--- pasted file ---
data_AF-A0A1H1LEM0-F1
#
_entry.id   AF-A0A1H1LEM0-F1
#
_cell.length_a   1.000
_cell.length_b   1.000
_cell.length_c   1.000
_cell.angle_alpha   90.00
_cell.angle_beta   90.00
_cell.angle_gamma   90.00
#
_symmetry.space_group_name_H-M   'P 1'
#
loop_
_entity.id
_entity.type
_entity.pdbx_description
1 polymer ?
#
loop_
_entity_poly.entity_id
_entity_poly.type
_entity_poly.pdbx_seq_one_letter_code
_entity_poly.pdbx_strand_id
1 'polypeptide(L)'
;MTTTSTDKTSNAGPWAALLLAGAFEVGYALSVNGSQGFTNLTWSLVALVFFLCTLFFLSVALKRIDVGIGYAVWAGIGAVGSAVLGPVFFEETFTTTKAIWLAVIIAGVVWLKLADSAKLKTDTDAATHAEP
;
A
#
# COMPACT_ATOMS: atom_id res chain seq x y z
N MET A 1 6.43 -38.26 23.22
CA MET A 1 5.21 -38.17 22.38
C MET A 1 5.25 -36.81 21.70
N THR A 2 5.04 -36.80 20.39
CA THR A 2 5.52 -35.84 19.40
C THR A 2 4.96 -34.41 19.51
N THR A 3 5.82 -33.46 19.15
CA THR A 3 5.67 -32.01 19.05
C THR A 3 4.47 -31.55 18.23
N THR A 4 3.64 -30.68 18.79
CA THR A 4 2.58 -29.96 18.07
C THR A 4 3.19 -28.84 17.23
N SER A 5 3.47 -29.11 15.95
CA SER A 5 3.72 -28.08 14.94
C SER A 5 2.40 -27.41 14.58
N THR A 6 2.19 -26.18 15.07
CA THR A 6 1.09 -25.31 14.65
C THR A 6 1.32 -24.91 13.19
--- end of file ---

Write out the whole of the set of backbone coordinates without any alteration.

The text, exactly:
data_AF-A0A1H1LEM0-F1
#
_entry.id   AF-A0A1H1LEM0-F1
#
_cell.length_a   1.000
_cell.length_b   1.000
_cell.length_c   1.000
_cell.angle_alpha   90.00
_cell.angle_beta   90.00
_cell.angle_gamma   90.00
#
_symmetry.space_group_name_H-M   'P 1'
#
loop_
_entity.id
_entity.type
_entity.pdbx_description
1 polymer ?
#
loop_
_entity_poly.entity_id
_entity_poly.type
_entity_poly.pdbx_seq_one_letter_code
_entity_poly.pdbx_strand_id
1 'polypeptide(L)'
;MTTTSTDKTSNAGPWAALLLAGAFEVGYALSVNGSQGFTNLTWSLVALVFFLCTLFFLSVALKRIDVGIGYAVWAGIGAVGSAVLGPVFFEETFTTTKAIWLAVIIAGVVWLKLADSAKLKTDTDAATHAEP
;
A
#
# COMPACT_ATOMS: atom_id res chain seq x y z
N MET A 1 6.43 -38.26 23.22
CA MET A 1 5.21 -38.17 22.38
C MET A 1 5.25 -36.81 21.70
N THR A 2 5.04 -36.80 20.39
CA THR A 2 5.52 -35.84 19.40
C THR A 2 4.96 -34.41 19.51
N THR A 3 5.82 -33.46 19.15
CA THR A 3 5.67 -32.01 19.05
C THR A 3 4.47 -31.55 18.23
N THR A 4 3.64 -30.68 18.79
CA THR A 4 2.58 -29.96 18.07
C THR A 4 3.19 -28.84 17.23
N SER A 5 3.47 -29.11 15.95
CA SER A 5 3.72 -28.08 14.94
C SER A 5 2.40 -27.41 14.58
N THR A 6 2.19 -26.18 15.07
CA THR A 6 1.09 -25.31 14.65
C THR A 6 1.32 -24.91 13.19